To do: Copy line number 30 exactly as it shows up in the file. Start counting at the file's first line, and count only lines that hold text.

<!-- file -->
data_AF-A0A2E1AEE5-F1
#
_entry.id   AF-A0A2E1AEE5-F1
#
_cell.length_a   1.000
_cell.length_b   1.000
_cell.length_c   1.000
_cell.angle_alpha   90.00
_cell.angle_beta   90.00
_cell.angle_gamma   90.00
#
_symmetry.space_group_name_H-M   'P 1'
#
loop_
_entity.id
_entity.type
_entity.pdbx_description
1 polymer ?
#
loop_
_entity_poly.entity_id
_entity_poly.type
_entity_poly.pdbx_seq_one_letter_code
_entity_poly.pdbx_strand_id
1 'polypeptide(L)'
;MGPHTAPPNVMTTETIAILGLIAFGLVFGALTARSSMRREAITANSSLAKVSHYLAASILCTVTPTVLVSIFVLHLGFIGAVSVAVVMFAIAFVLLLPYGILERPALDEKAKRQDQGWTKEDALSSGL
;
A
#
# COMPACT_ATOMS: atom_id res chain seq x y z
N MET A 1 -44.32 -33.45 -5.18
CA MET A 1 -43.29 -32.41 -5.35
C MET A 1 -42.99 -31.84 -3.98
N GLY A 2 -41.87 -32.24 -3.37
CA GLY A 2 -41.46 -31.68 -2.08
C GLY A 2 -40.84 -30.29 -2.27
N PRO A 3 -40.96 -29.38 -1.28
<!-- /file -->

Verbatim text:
# COMPACT_ATOMS: atom_id res chain seq x y z